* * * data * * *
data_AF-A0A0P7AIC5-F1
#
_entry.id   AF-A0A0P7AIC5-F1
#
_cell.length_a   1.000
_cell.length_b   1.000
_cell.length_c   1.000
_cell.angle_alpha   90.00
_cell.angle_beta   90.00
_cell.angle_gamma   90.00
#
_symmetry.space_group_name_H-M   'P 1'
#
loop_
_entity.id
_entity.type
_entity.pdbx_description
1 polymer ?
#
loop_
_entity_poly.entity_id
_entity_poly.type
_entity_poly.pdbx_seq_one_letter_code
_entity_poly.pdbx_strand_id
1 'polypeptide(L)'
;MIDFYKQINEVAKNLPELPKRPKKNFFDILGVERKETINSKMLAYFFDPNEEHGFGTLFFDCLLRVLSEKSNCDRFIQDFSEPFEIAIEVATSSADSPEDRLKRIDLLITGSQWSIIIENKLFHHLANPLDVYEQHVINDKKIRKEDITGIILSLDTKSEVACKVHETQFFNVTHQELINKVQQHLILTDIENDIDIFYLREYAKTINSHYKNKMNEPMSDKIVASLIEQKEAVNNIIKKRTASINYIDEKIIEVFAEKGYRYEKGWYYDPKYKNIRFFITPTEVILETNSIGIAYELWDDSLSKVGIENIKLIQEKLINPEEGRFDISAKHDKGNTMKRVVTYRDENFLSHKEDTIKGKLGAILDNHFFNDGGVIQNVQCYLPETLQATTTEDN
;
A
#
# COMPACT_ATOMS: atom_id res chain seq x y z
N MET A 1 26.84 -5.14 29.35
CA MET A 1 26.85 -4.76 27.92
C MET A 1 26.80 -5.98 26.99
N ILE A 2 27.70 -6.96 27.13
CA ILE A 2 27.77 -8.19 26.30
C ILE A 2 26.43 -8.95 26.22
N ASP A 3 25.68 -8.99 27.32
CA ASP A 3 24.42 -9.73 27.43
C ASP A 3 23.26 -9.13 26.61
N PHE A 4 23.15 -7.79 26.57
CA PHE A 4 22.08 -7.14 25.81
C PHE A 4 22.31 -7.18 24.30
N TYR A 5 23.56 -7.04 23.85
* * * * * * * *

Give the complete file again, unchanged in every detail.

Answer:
data_AF-A0A0P7AIC5-F1
#
_entry.id   AF-A0A0P7AIC5-F1
#
_cell.length_a   1.000
_cell.length_b   1.000
_cell.length_c   1.000
_cell.angle_alpha   90.00
_cell.angle_beta   90.00
_cell.angle_gamma   90.00
#
_symmetry.space_group_name_H-M   'P 1'
#
loop_
_entity.id
_entity.type
_entity.pdbx_description
1 polymer ?
#
loop_
_entity_poly.entity_id
_entity_poly.type
_entity_poly.pdbx_seq_one_letter_code
_entity_poly.pdbx_strand_id
1 'polypeptide(L)'
;MIDFYKQINEVAKNLPELPKRPKKNFFDILGVERKETINSKMLAYFFDPNEEHGFGTLFFDCLLRVLSEKSNCDRFIQDFSEPFEIAIEVATSSADSPEDRLKRIDLLITGSQWSIIIENKLFHHLANPLDVYEQHVINDKKIRKEDITGIILSLDTKSEVACKVHETQFFNVTHQELINKVQQHLILTDIENDIDIFYLREYAKTINSHYKNKMNEPMSDKIVASLIEQKEAVNNIIKKRTASINYIDEKIIEVFAEKGYRYEKGWYYDPKYKNIRFFITPTEVILETNSIGIAYELWDDSLSKVGIENIKLIQEKLINPEEGRFDISAKHDKGNTMKRVVTYRDENFLSHKEDTIKGKLGAILDNHFFNDGGVIQNVQCYLPETLQATTTEDN
;
A
#
# COMPACT_ATOMS: atom_id res chain seq x y z
N MET A 1 26.84 -5.14 29.35
CA MET A 1 26.85 -4.76 27.92
C MET A 1 26.80 -5.98 26.99
N ILE A 2 27.70 -6.96 27.13
CA ILE A 2 27.77 -8.19 26.30
C ILE A 2 26.43 -8.95 26.22
N ASP A 3 25.68 -8.99 27.32
CA ASP A 3 24.42 -9.73 27.43
C ASP A 3 23.26 -9.13 26.61
N PHE A 4 23.15 -7.79 26.57
CA PHE A 4 22.08 -7.14 25.81
C PHE A 4 22.31 -7.18 24.30
N TYR A 5 23.56 -7.04 23.85